Luck in the Desert

Topics: Sociology, Sudan, Heteronormativity Pages: 3 (803 words) Published: May 12, 2013
Doug Woodard
Survey III, Linskens, Per 8
Luck in the Desert
Tears of the Desert is an incredible real life tale documenting the gruesome experiences of which the black African inhabitants of Darfur, Sudan suffer through. From the events witnessed, experienced, and recorded by the author and main character, Halima Bashir, we see the world through the eyes of a Zaghawa survivor of the most nightmarish terrors imaginable. Though Bashir was pushed to the brink of death, and her life has been filled to the brim with obstacles and adversity, she proves herself time and time again to be an extremely lucky individual.

From early on in her youth, Bashir noticed the discrepancy in wealth between other families of her village and her own. She comments on the wealth possessed by her father, Abdul, by noting the quantity of animals he owned, a status symbol in her culture. "My father was a relatively rich man in our village, as he owned many cattle, sheep, and goats, and dozens of prized camels." (Bashir 6). His fortune enabled the Bashir family to live with a cushion of comfort their neighbors would be without. As Bashir's father was blessed with good fortune, he was also capable of financing her desire to attend school in far-away Hashma. None but she had such luxuries, not even her best friend Kadiga. "Like most families in our village, Kadiga's parents couldn't afford to send her away to the big school." (Bashir 60). The financial stability of the Bashir family, along with the splendor of city schooling, put the author one step further than any of the members of her village.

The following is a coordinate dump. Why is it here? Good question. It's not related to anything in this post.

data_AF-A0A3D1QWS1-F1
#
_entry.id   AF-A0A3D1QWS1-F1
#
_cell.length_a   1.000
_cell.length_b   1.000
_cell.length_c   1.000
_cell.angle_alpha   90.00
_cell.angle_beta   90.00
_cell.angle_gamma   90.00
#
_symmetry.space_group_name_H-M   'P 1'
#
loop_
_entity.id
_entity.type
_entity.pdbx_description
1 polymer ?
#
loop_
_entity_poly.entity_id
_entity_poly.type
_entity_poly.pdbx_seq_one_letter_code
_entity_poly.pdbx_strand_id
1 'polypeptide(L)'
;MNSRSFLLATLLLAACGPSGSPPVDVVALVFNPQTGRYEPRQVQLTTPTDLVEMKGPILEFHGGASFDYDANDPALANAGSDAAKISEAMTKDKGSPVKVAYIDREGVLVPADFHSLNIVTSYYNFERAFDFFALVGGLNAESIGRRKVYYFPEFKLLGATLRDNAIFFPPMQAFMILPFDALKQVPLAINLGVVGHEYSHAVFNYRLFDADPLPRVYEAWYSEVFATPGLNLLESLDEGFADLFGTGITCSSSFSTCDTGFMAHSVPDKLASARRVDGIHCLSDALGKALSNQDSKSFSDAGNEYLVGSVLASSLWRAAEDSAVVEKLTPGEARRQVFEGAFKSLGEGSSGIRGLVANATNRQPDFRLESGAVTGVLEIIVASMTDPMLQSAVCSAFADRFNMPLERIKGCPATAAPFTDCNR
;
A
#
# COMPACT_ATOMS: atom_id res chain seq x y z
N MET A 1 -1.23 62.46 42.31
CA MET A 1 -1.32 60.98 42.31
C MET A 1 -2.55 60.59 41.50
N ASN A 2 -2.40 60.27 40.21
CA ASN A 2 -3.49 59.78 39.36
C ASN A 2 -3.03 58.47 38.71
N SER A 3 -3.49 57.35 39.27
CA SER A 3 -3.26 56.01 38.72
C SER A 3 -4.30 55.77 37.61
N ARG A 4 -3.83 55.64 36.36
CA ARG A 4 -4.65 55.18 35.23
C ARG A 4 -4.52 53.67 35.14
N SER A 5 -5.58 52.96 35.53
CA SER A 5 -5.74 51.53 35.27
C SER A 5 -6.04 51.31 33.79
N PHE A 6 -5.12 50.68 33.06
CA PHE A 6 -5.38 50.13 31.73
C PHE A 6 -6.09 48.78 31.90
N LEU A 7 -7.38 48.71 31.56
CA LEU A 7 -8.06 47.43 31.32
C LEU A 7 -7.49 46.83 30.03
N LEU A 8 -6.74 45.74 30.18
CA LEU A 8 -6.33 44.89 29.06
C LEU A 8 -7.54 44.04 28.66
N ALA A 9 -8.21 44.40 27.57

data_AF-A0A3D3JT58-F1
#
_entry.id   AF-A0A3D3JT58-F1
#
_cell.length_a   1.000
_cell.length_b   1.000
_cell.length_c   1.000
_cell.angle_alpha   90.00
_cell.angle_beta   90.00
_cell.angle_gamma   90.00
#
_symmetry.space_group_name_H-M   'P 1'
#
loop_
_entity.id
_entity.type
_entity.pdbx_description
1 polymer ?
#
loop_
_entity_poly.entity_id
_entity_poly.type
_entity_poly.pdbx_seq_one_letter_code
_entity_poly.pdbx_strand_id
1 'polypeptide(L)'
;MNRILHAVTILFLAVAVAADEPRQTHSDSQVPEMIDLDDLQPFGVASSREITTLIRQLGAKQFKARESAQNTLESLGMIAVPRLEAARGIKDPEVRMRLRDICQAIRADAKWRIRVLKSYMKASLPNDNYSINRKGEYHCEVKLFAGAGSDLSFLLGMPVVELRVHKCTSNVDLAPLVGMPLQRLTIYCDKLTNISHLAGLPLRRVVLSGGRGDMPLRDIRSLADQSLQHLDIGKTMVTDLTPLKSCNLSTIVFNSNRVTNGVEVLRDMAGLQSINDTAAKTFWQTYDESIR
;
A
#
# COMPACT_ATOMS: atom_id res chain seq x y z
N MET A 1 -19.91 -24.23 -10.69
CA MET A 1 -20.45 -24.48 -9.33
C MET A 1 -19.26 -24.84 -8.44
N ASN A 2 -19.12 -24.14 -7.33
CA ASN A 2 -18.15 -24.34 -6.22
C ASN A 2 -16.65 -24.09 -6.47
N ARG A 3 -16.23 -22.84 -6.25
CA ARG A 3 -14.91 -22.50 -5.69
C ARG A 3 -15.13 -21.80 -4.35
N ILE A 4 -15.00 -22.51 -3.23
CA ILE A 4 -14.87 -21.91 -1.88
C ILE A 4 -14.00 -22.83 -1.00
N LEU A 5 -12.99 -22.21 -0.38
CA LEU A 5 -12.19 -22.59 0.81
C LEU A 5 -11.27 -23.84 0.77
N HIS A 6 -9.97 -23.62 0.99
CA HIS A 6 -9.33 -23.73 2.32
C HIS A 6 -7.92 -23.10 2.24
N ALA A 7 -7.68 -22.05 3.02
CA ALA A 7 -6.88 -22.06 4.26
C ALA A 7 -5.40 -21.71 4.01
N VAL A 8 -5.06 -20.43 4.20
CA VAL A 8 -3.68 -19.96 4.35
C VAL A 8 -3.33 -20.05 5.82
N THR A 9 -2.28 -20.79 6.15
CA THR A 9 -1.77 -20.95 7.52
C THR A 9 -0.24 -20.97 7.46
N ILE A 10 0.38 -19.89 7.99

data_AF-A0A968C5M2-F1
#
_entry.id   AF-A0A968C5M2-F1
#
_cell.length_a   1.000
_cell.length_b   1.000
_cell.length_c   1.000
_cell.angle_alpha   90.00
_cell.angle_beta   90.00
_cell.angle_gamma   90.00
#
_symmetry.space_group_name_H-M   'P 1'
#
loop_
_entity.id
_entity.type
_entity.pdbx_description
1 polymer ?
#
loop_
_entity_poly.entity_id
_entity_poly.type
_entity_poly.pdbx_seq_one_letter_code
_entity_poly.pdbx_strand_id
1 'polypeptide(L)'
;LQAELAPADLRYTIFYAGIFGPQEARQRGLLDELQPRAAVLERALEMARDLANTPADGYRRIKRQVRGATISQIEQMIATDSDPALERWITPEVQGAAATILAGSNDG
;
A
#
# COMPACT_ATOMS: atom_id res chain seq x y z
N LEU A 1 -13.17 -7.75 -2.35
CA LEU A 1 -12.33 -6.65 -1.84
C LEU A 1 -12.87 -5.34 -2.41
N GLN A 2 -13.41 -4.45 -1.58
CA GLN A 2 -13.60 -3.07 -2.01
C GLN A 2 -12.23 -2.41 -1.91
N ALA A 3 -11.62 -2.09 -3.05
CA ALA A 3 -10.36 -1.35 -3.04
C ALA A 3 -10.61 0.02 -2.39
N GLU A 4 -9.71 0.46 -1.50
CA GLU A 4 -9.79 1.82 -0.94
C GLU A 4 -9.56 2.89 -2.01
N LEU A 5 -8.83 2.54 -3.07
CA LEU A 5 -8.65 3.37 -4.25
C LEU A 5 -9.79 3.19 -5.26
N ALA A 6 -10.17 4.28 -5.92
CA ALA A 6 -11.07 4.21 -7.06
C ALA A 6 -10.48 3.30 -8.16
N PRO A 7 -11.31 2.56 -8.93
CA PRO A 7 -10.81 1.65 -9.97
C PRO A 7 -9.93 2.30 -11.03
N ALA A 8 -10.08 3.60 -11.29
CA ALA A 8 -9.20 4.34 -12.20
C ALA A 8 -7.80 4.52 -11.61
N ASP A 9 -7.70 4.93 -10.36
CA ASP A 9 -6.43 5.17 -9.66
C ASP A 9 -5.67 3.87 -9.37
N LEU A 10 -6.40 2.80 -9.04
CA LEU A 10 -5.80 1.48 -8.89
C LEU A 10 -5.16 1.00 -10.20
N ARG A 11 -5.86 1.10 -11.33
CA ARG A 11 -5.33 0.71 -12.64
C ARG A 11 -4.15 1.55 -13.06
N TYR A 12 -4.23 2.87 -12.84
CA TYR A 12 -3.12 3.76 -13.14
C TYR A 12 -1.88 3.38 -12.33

A venture such as this is laughable in the Zaghawa culture, however, due to the social norms and the gender roles played by women. Women of Bashir's culture were often asked to be married at a very young age. A cousin of Bashir's asked her father for her hand, only to be promptly denied. Angered and greatly insulted, his family responded to Abdul with their idea of a stereotypical...
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